"If you don't work at building your company culture it will build itself. And, I promise you, you won't like the results."

Welcome to my mini-lecture for entrepreneurs who don't understand the significance of their company's culture. Shaping your culture takes time and money. Of course, these are commodities that many small business owners feel they don't have enough of, so integrating values, vision, and mission into their plan is an afterthought at best.

Culture is the cake.

To some, company culture is the icing on the cake, but they're way off base. Your culture is not the icing, it is the cake. Today, savvy consumers and decision-makers look for the story behind the company before they buy.

Research says that customers put their money where the culture is.

Northwestern University's Forum for People Performance Management and Measurement found that organizations with deeply engaged employees had better sales numbers and customer satisfaction. We also know that customers show a preference for culture-driven companies. Northwestern University's Forum for People Performance Management and Measurement recently found that customers of organizations where employees were more engaged used the company's products and services more often and were more satisfied than customers of companies with less engaged employees. In a country where 70 percent of employees claim that they are not engaged at work, you could have the upper hand. Your culture could become one of your most powerful sales tools.

You and your sales team should tell the same story.

The values that comprise your company culture tell a story about your brand. Why are your customers important and how is that reflected in your service? Why is yours one of the most engaging places to work? Why do your employees care so much about the product and customers? In what ways is the cooperative relationship between the company and its vendors beneficial to the process? What are the most compelling customer experience stories you have to tell?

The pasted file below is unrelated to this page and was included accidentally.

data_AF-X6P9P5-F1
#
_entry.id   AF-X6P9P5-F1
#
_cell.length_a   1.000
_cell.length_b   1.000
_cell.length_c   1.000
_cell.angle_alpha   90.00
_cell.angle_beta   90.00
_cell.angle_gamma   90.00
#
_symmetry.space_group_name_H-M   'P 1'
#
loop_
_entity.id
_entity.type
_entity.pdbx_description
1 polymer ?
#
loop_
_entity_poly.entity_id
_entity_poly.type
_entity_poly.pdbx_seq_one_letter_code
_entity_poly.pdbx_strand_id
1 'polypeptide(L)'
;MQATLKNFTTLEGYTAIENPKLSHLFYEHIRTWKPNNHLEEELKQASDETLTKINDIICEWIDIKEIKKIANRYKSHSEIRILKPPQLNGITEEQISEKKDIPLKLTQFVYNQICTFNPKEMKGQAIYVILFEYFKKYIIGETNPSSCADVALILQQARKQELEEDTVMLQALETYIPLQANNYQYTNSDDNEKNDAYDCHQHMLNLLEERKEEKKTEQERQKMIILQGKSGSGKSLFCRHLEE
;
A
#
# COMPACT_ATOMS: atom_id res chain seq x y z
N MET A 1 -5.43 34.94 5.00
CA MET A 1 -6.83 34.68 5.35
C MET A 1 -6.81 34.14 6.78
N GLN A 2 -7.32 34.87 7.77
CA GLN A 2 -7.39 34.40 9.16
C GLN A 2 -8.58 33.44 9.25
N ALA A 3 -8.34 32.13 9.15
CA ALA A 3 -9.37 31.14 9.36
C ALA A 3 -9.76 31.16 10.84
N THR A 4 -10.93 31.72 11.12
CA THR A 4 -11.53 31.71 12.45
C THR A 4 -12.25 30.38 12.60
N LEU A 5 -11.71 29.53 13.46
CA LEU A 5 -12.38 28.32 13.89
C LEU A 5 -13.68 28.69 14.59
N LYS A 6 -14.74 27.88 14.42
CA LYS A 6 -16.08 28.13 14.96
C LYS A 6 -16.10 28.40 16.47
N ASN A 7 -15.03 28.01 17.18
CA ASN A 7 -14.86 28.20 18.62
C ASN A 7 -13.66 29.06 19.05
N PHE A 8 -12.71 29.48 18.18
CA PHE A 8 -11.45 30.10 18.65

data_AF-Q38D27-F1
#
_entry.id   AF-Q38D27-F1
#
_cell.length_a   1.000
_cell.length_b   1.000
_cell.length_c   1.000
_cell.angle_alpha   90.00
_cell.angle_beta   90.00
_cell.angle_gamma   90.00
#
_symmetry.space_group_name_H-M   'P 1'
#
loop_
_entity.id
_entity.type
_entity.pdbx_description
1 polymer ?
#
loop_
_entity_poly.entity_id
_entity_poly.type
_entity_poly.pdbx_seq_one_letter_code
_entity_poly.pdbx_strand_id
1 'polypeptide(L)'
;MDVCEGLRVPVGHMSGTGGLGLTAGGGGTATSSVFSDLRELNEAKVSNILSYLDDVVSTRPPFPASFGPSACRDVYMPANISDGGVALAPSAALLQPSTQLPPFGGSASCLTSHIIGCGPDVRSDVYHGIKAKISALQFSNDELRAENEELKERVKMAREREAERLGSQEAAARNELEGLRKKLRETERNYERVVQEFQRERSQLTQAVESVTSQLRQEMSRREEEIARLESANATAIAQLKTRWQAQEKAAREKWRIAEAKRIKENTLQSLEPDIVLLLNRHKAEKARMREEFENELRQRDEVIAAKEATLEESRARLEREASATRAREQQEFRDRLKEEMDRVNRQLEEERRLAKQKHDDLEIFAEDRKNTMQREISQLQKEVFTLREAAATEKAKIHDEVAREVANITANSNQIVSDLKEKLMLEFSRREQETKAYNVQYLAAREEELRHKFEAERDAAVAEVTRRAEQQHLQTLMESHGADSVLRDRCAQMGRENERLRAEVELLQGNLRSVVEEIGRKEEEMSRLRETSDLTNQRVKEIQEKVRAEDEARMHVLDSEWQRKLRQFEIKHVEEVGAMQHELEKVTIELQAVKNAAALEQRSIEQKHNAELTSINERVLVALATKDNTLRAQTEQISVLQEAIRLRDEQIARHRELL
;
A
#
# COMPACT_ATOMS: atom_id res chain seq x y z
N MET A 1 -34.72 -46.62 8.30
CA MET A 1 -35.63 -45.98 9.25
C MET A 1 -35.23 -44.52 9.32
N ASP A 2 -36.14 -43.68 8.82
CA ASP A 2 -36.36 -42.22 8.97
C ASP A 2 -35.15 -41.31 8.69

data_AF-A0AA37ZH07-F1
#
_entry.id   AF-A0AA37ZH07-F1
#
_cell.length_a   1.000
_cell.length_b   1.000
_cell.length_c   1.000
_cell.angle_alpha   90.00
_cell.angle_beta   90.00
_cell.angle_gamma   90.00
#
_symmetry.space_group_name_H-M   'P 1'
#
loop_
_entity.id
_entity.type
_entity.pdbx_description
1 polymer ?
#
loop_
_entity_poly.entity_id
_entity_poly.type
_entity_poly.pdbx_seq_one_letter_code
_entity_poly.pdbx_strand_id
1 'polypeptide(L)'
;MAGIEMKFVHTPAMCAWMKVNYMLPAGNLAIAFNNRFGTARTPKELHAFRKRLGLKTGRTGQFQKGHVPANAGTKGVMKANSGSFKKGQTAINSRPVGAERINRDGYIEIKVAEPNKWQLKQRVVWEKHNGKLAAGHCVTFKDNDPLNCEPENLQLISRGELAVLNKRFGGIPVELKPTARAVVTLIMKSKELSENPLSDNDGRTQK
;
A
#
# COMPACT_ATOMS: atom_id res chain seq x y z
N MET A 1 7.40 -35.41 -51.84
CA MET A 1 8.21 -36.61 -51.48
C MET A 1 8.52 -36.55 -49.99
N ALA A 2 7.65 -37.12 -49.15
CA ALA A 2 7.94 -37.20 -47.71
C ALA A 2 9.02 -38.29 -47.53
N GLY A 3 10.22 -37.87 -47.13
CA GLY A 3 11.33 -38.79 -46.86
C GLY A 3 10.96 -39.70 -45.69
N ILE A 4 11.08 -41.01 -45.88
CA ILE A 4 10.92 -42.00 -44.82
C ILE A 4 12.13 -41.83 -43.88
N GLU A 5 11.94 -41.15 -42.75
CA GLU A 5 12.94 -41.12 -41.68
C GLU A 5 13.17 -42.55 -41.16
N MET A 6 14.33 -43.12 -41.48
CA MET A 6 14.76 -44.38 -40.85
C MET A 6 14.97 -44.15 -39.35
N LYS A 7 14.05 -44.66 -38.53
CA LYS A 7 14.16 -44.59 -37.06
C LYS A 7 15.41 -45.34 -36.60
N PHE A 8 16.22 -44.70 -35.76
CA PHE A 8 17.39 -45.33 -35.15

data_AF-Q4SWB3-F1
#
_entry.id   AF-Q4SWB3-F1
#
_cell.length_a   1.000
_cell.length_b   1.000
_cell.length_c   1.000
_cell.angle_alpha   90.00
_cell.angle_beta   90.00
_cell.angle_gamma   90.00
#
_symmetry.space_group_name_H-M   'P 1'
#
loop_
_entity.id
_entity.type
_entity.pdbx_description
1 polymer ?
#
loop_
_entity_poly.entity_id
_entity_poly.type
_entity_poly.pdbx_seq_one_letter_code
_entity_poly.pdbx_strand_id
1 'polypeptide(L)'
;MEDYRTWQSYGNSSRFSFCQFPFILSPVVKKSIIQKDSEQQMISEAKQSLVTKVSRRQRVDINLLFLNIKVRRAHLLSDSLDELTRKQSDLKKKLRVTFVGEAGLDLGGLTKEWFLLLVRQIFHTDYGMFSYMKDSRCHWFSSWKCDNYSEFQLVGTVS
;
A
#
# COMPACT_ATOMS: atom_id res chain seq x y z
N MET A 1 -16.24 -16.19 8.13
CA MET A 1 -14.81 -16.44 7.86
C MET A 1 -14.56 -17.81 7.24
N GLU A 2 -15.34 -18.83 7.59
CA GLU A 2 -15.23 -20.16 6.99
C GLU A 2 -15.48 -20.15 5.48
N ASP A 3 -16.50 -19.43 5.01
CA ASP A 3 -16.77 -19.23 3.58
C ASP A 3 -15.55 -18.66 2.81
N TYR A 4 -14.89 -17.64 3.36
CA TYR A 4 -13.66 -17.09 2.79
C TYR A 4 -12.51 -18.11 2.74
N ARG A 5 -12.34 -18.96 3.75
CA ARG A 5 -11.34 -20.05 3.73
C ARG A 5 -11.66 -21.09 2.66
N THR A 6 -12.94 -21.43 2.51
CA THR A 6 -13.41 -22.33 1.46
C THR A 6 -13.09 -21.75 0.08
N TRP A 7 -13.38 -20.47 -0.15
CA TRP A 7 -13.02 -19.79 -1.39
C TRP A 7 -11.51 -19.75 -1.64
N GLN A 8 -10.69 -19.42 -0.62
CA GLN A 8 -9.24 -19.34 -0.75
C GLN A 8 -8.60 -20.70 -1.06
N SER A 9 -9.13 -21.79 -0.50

Storytelling is memorable and persuasive, statistics are not. Make sure that anyone who represents your business tells the same story, and that it's compelling.

Keep your team in the loop.

Broken communication is a problem for many organizations. The sales team makes promises that can't be kept and the delivery team is unaware of what the client has been told. Don't exclude your teams from conversations that may affect how they do their jobs.

Express the importance of honesty.

Trust is one of the top influencers of purchasing decisions. When a company weaves integrity into the fabric of their culture it must be demonstrated through the behavior of those in the field. Most people aren't outright liars, but some may stretch the truth, avoid a direct answer, or over-promise. You and your sales team should be armed with the same answers to challenging questions. The way you handle objections tells a story about your company, so make sure it's a favorable one.

Keep virtual salespeople up to date on your policies.

If your sales force is largely absent from the office, they will not feel as much a part of your culture as those who are physically present. Companies that operate remotely need structure around their culture as well. It's easy to neglect team members who aren't in the office every day, so go out of your way to discuss and demonstrate the important points of your culture.

Prospects can sense when a culture is shaky, so invest your time and yes, money, into organizing a strong and favorable culture. When your team is equipped to pitch all of the benefits of working with your company, especially the intangibles, you'll have a solid foundation for your brand. Your people will thrive, and your sales will rise.